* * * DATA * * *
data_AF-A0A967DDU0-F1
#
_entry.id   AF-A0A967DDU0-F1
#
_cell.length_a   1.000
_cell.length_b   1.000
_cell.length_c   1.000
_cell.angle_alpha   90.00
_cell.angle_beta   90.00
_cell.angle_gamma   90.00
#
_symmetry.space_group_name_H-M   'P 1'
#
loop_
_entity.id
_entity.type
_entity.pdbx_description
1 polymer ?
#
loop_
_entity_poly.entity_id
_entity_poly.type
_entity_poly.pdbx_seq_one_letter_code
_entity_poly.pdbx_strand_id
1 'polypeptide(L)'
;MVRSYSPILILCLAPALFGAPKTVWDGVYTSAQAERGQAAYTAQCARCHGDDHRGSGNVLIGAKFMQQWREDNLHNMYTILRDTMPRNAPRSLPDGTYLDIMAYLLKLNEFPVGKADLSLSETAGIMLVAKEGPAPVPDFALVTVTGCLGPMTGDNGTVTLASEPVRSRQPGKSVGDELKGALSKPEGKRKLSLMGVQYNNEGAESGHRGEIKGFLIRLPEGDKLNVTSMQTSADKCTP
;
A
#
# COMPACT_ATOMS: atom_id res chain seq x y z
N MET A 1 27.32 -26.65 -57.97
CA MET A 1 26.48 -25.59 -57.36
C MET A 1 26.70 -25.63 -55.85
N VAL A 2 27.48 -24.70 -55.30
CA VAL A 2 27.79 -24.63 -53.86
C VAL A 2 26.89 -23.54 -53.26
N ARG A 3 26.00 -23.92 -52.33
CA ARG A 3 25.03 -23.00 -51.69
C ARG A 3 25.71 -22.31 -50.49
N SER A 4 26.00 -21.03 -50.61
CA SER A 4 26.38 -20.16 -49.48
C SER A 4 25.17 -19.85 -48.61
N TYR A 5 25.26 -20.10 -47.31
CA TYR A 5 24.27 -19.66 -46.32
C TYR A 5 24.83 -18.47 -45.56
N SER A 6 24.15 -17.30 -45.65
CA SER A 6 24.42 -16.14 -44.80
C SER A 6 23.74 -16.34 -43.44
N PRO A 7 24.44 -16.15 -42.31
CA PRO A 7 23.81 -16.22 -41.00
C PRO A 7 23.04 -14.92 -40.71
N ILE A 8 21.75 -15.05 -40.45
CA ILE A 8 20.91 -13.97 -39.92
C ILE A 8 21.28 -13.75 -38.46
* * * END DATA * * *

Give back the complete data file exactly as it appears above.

data_AF-A0A967DDU0-F1
#
_entry.id   AF-A0A967DDU0-F1
#
_cell.length_a   1.000
_cell.length_b   1.000
_cell.length_c   1.000
_cell.angle_alpha   90.00
_cell.angle_beta   90.00
_cell.angle_gamma   90.00
#
_symmetry.space_group_name_H-M   'P 1'
#
loop_
_entity.id
_entity.type
_entity.pdbx_description
1 polymer ?
#
loop_
_entity_poly.entity_id
_entity_poly.type
_entity_poly.pdbx_seq_one_letter_code
_entity_poly.pdbx_strand_id
1 'polypeptide(L)'
;MVRSYSPILILCLAPALFGAPKTVWDGVYTSAQAERGQAAYTAQCARCHGDDHRGSGNVLIGAKFMQQWREDNLHNMYTILRDTMPRNAPRSLPDGTYLDIMAYLLKLNEFPVGKADLSLSETAGIMLVAKEGPAPVPDFALVTVTGCLGPMTGDNGTVTLASEPVRSRQPGKSVGDELKGALSKPEGKRKLSLMGVQYNNEGAESGHRGEIKGFLIRLPEGDKLNVTSMQTSADKCTP
;
A
#
# COMPACT_ATOMS: atom_id res chain seq x y z
N MET A 1 27.32 -26.65 -57.97
CA MET A 1 26.48 -25.59 -57.36
C MET A 1 26.70 -25.63 -55.85
N VAL A 2 27.48 -24.70 -55.30
CA VAL A 2 27.79 -24.63 -53.86
C VAL A 2 26.89 -23.54 -53.26
N ARG A 3 26.00 -23.92 -52.33
CA ARG A 3 25.03 -23.00 -51.69
C ARG A 3 25.71 -22.31 -50.49
N SER A 4 26.00 -21.03 -50.61
CA SER A 4 26.38 -20.16 -49.48
C SER A 4 25.17 -19.85 -48.61
N TYR A 5 25.26 -20.10 -47.31
CA TYR A 5 24.27 -19.66 -46.32
C TYR A 5 24.83 -18.47 -45.56
N SER A 6 24.15 -17.30 -45.65
CA SER A 6 24.42 -16.14 -44.80
C SER A 6 23.74 -16.34 -43.44
N PRO A 7 24.44 -16.15 -42.31
CA PRO A 7 23.81 -16.22 -41.00
C PRO A 7 23.04 -14.92 -40.71
N ILE A 8 21.75 -15.05 -40.45
CA ILE A 8 20.91 -13.97 -39.92
C ILE A 8 21.28 -13.75 -38.46